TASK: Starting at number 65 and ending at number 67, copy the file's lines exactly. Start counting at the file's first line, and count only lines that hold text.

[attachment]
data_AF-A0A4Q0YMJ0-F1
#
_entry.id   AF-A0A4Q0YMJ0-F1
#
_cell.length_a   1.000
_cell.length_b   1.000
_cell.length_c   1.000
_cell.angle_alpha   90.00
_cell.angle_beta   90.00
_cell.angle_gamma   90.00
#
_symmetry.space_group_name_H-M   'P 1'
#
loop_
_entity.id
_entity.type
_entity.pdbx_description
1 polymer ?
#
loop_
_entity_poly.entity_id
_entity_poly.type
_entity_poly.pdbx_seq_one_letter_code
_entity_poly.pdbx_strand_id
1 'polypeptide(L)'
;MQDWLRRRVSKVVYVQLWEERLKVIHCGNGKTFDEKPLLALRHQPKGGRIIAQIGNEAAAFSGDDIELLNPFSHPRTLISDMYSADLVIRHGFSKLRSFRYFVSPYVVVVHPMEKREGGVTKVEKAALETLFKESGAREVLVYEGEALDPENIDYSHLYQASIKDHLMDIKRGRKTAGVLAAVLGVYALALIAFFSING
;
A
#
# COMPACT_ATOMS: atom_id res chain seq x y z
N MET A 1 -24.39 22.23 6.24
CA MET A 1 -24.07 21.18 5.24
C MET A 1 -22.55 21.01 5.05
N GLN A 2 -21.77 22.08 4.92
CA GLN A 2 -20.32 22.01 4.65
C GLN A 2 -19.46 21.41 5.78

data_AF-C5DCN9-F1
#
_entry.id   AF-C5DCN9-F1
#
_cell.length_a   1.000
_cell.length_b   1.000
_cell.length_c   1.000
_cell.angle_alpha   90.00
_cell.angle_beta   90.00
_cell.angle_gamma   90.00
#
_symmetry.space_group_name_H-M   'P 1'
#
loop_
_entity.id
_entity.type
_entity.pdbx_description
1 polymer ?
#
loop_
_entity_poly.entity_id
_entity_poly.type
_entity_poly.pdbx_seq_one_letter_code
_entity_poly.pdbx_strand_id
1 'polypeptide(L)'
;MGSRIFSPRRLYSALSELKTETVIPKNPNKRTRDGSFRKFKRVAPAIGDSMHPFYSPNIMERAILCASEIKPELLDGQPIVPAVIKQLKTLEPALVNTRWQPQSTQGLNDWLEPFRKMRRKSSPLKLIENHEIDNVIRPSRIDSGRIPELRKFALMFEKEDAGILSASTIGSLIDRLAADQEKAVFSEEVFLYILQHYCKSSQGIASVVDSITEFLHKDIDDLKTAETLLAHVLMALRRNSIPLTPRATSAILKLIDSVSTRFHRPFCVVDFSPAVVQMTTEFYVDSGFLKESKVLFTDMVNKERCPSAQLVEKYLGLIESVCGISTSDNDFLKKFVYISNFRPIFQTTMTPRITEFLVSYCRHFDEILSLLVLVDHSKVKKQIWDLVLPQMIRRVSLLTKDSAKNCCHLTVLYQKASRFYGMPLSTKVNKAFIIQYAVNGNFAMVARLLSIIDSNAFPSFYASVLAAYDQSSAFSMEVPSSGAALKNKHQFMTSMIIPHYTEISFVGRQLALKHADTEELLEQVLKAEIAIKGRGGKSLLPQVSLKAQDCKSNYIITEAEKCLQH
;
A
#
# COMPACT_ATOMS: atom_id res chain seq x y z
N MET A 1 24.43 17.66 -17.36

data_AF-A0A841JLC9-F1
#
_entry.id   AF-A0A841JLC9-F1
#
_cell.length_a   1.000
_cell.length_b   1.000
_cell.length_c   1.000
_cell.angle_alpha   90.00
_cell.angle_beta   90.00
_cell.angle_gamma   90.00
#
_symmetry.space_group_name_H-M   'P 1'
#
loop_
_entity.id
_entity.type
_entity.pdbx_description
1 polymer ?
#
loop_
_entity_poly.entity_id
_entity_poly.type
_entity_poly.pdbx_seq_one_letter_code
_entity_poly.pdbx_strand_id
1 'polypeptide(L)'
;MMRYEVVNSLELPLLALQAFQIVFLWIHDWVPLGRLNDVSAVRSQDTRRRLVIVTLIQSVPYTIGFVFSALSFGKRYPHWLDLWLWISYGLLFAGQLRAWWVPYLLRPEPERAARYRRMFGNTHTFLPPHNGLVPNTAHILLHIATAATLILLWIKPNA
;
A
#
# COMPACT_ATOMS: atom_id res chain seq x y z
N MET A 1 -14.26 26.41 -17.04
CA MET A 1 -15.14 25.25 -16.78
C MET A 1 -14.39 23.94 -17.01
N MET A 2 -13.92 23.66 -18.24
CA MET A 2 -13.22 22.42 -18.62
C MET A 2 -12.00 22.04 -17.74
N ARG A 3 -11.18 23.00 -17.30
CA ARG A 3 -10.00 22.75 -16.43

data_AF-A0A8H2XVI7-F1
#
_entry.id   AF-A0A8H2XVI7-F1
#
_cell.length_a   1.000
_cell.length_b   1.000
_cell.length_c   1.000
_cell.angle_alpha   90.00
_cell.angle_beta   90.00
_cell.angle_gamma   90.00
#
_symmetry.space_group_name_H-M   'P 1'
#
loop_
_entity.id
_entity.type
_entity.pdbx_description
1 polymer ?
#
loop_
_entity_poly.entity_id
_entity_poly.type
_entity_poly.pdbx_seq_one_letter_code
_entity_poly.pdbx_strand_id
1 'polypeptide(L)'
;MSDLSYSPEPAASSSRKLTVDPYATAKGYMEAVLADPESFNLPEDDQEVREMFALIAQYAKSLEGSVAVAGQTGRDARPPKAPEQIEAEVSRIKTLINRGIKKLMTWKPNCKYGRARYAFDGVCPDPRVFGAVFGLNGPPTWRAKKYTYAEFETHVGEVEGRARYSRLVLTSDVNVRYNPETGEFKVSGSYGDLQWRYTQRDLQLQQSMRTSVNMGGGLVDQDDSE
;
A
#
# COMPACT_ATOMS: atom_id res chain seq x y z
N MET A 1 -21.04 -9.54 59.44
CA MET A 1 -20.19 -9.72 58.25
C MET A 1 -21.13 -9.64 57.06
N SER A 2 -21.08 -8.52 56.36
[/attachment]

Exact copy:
#
# COMPACT_ATOMS: atom_id res chain seq x y z
N MET A 1 24.43 17.66 -17.36